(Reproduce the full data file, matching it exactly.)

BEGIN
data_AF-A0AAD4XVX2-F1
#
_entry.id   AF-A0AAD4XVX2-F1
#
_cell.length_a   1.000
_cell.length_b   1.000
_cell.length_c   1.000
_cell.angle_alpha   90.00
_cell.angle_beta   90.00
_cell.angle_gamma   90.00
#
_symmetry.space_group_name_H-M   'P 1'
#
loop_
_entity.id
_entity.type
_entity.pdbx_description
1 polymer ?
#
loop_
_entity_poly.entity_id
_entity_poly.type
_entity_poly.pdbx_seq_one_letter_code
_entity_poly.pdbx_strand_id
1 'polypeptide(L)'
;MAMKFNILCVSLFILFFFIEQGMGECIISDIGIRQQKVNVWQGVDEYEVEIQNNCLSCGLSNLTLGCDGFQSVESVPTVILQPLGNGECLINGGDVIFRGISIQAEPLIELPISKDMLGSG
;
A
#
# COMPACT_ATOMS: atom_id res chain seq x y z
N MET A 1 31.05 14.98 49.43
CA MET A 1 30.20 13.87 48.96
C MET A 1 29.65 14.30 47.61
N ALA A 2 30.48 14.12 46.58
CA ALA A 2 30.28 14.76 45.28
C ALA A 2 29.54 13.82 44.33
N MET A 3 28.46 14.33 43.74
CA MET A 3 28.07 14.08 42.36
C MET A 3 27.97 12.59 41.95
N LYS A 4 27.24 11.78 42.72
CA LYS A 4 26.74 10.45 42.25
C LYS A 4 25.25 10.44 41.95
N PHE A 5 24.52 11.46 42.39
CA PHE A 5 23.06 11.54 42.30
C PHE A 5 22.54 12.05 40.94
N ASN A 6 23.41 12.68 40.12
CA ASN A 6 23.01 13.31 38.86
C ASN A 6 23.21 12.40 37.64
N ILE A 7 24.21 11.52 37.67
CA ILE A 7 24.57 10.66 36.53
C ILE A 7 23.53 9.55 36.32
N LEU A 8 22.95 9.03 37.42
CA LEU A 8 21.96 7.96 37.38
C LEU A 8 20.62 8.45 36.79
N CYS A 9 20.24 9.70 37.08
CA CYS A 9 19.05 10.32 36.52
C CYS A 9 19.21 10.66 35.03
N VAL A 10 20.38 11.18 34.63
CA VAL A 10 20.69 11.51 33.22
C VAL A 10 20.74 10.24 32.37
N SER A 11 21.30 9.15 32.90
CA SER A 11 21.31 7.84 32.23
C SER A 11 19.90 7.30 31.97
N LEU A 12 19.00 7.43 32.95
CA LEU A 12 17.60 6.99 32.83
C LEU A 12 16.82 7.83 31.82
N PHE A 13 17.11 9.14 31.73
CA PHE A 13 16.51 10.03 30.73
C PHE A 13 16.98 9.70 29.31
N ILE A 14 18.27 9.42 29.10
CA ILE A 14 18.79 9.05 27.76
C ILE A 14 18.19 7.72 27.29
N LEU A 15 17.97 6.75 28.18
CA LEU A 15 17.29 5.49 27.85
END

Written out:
data_AF-A0AAD4XVX2-F1
#
_entry.id   AF-A0AAD4XVX2-F1
#
_cell.length_a   1.000
_cell.length_b   1.000
_cell.length_c   1.000
_cell.angle_alpha   90.00
_cell.angle_beta   90.00
_cell.angle_gamma   90.00
#
_symmetry.space_group_name_H-M   'P 1'
#
loop_
_entity.id
_entity.type
_entity.pdbx_description
1 polymer ?
#
loop_
_entity_poly.entity_id
_entity_poly.type
_entity_poly.pdbx_seq_one_letter_code
_entity_poly.pdbx_strand_id
1 'polypeptide(L)'
;MAMKFNILCVSLFILFFFIEQGMGECIISDIGIRQQKVNVWQGVDEYEVEIQNNCLSCGLSNLTLGCDGFQSVESVPTVILQPLGNGECLINGGDVIFRGISIQAEPLIELPISKDMLGSG
;
A
#
# COMPACT_ATOMS: atom_id res chain seq x y z
N MET A 1 31.05 14.98 49.43
CA MET A 1 30.20 13.87 48.96
C MET A 1 29.65 14.30 47.61
N ALA A 2 30.48 14.12 46.58
CA ALA A 2 30.28 14.76 45.28
C ALA A 2 29.54 13.82 44.33
N MET A 3 28.46 14.33 43.74
CA MET A 3 28.07 14.08 42.36
C MET A 3 27.97 12.59 41.95
N LYS A 4 27.24 11.78 42.72
CA LYS A 4 26.74 10.45 42.25
C LYS A 4 25.25 10.44 41.95
N PHE A 5 24.52 11.46 42.39
CA PHE A 5 23.06 11.54 42.30
C PHE A 5 22.54 12.05 40.94
N ASN A 6 23.41 12.68 40.12
CA ASN A 6 23.01 13.31 38.86
C ASN A 6 23.21 12.40 37.64
N ILE A 7 24.21 11.52 37.67
CA ILE A 7 24.57 10.66 36.53
C ILE A 7 23.53 9.55 36.32
N LEU A 8 22.95 9.03 37.42
CA LEU A 8 21.96 7.96 37.38
C LEU A 8 20.62 8.45 36.79
N CYS A 9 20.24 9.70 37.08
CA CYS A 9 19.05 10.32 36.52
C CYS A 9 19.21 10.66 35.03
N VAL A 10 20.38 11.18 34.63
CA VAL A 10 20.69 11.51 33.22
C VAL A 10 20.74 10.24 32.37
N SER A 11 21.30 9.15 32.90
CA SER A 11 21.31 7.84 32.23
C SER A 11 19.90 7.30 31.97
N LEU A 12 19.00 7.43 32.95
CA LEU A 12 17.60 6.99 32.83
C LEU A 12 16.82 7.83 31.82
N PHE A 13 17.11 9.14 31.73
CA PHE A 13 16.51 10.03 30.73
C PHE A 13 16.98 9.70 29.31
N ILE A 14 18.27 9.42 29.10
CA ILE A 14 18.79 9.05 27.76
C ILE A 14 18.19 7.72 27.29
N LEU A 15 17.97 6.75 28.18
CA LEU A 15 17.29 5.49 27.85